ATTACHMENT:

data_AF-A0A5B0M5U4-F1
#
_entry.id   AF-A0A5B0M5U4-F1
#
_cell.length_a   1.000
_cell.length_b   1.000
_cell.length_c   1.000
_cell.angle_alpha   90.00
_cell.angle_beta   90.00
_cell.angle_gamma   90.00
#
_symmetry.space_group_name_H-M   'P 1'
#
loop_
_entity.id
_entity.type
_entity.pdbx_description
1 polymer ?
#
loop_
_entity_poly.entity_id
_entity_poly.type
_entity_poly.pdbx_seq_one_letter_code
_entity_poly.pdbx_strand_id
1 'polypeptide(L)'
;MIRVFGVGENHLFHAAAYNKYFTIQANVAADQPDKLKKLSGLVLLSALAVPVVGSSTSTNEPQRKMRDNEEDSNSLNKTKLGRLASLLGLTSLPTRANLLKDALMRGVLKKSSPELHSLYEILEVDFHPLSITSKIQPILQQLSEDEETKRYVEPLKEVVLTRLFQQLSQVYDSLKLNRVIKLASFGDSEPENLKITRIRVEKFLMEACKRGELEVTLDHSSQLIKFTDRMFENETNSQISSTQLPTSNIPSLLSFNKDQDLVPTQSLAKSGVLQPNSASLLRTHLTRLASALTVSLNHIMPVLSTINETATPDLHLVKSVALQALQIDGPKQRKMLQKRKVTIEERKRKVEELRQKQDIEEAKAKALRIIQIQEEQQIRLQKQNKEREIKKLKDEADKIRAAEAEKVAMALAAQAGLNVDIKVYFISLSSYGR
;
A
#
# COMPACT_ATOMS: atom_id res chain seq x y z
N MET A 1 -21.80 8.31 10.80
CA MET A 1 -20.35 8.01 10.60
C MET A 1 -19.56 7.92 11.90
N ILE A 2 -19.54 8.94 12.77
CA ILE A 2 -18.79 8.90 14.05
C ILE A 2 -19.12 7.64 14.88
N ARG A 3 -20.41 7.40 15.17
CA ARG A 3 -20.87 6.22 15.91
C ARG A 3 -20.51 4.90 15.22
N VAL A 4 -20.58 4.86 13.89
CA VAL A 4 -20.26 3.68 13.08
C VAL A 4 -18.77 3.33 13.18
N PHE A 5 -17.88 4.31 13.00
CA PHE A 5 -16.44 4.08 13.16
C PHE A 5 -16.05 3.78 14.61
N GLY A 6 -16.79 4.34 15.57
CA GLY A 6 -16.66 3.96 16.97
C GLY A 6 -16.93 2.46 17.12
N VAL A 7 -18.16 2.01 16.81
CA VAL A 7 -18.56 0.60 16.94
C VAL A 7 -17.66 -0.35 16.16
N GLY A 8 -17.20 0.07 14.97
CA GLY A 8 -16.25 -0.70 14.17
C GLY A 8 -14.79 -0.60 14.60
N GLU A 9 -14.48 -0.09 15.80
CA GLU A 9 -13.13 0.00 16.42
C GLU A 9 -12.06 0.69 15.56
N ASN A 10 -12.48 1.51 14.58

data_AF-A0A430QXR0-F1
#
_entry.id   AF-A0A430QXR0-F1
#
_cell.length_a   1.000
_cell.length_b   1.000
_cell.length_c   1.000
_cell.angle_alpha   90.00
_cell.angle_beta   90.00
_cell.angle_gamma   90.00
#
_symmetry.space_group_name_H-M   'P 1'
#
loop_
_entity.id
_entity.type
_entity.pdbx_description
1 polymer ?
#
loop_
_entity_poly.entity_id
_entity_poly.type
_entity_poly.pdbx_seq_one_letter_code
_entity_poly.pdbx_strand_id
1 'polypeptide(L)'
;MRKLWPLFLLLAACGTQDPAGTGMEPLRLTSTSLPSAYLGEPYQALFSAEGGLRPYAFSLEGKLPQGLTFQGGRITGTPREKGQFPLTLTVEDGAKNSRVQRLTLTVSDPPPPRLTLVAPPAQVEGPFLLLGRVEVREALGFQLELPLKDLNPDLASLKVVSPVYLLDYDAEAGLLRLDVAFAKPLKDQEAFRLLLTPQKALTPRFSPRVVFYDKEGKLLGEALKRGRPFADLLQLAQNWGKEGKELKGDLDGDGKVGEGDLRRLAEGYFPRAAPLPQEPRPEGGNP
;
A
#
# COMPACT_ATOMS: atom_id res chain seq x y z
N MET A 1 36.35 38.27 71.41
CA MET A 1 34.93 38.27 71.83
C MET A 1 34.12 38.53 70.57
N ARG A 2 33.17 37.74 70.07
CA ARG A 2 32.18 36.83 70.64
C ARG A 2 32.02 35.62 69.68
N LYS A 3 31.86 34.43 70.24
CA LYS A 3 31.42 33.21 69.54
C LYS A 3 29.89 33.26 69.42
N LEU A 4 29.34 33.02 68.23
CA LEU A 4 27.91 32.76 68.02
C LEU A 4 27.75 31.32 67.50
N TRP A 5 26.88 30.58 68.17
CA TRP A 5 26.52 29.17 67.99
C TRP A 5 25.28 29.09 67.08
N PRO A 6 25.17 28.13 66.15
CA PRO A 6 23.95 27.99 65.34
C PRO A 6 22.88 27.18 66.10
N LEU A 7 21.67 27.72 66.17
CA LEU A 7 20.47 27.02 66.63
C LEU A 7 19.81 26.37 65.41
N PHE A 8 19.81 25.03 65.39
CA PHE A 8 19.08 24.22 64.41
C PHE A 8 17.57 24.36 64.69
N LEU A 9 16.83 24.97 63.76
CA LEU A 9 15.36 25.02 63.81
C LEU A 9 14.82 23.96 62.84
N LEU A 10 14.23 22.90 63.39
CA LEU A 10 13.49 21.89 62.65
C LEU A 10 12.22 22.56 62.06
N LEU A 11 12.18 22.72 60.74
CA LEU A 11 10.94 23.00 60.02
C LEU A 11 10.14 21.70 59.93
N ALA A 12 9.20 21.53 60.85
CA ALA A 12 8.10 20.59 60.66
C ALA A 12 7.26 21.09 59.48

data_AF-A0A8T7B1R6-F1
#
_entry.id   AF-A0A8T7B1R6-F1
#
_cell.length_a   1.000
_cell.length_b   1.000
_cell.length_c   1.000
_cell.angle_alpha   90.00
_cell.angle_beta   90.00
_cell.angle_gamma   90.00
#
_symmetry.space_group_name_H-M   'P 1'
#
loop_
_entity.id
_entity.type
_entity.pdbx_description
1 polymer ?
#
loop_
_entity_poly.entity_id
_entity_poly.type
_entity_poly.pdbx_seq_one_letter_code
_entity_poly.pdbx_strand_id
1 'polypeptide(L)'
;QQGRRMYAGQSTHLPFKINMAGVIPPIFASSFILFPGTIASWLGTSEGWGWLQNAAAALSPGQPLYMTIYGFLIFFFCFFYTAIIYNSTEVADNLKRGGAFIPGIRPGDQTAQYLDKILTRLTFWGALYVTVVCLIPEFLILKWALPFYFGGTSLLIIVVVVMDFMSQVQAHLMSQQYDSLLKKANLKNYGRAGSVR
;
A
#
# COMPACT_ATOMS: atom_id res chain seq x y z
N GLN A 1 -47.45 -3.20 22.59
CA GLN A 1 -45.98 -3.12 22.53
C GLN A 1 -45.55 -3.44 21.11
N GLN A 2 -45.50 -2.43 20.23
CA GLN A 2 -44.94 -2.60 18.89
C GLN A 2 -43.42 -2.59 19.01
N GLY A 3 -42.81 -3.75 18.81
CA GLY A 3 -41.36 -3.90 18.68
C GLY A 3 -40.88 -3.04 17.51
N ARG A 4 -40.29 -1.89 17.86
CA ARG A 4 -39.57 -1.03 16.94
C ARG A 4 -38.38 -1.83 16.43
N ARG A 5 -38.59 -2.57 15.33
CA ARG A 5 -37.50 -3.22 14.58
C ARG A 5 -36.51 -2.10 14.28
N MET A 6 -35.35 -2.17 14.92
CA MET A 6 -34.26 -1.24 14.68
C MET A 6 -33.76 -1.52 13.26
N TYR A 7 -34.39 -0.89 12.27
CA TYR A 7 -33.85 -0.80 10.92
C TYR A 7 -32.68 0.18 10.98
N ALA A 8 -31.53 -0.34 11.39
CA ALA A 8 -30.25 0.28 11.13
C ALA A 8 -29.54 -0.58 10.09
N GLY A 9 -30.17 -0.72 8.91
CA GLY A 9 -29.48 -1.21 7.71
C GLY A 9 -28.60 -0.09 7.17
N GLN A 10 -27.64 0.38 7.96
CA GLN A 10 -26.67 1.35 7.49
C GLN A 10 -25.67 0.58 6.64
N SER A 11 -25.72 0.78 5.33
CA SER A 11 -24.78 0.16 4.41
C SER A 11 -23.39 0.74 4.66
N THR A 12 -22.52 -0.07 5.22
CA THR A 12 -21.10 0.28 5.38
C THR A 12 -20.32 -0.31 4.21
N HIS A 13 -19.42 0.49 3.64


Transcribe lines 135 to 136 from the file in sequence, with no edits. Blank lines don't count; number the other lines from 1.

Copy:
#
_symmetry.space_group_name_H-M   'P 1'